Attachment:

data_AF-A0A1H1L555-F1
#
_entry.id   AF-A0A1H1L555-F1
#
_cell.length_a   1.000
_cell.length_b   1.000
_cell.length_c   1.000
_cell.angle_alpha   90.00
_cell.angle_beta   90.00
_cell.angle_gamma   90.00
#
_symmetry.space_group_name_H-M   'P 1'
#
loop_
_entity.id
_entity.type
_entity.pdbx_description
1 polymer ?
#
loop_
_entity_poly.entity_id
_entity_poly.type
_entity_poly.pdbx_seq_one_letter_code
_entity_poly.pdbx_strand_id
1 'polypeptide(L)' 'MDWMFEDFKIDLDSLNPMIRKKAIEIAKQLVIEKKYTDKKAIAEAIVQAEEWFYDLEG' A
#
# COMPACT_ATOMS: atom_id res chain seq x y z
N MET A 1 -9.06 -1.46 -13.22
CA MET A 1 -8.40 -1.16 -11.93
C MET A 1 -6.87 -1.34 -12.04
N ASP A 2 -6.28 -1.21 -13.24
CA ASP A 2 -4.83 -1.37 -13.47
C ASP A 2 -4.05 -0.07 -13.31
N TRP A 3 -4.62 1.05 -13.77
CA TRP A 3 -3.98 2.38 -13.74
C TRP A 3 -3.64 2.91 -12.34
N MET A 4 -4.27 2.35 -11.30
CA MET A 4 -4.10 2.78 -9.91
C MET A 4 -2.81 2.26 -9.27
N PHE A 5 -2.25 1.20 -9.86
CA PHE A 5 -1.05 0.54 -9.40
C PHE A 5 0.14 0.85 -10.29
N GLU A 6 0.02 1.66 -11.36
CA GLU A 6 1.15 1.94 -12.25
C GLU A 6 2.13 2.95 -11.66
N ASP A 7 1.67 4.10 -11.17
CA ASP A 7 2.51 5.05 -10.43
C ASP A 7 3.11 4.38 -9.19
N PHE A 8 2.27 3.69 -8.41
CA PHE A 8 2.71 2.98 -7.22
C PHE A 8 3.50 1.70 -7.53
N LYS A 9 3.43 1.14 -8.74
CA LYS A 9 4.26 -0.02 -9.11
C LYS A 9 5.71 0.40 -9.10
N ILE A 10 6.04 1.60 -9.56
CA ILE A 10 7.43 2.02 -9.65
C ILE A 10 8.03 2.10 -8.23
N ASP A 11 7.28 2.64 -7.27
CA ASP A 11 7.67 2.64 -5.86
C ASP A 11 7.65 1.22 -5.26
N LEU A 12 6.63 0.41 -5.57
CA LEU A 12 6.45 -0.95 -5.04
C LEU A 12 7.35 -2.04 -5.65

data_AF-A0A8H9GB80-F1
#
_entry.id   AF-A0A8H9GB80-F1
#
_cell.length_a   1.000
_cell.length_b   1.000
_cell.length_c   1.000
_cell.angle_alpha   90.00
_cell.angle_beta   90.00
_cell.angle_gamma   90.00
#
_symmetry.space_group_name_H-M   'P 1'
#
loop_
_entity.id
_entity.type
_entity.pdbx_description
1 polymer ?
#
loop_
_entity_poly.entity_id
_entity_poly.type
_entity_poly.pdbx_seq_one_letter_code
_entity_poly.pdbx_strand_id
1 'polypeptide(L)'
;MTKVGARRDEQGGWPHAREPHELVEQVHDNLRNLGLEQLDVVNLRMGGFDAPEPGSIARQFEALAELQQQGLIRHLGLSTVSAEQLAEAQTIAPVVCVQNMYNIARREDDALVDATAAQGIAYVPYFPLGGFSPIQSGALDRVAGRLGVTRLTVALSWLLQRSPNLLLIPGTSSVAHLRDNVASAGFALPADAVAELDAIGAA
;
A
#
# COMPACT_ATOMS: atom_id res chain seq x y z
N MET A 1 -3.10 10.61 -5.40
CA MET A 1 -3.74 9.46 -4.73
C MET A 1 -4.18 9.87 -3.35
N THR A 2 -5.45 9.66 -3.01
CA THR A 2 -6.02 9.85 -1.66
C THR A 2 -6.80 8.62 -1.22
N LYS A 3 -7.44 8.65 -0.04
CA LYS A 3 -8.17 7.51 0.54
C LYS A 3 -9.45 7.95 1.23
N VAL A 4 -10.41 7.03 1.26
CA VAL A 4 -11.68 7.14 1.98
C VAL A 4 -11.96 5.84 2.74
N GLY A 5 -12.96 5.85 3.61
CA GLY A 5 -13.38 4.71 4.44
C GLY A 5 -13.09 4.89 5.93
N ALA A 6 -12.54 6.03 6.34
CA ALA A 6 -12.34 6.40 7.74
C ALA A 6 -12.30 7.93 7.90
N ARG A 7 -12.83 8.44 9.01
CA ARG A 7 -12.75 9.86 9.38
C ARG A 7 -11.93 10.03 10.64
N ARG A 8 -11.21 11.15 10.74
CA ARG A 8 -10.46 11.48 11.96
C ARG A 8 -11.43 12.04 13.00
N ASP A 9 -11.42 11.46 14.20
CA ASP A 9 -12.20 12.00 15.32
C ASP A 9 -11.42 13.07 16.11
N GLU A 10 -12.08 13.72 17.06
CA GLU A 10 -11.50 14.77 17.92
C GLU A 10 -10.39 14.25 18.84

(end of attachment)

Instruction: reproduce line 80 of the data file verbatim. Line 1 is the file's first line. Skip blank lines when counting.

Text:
_entity.pdbx_description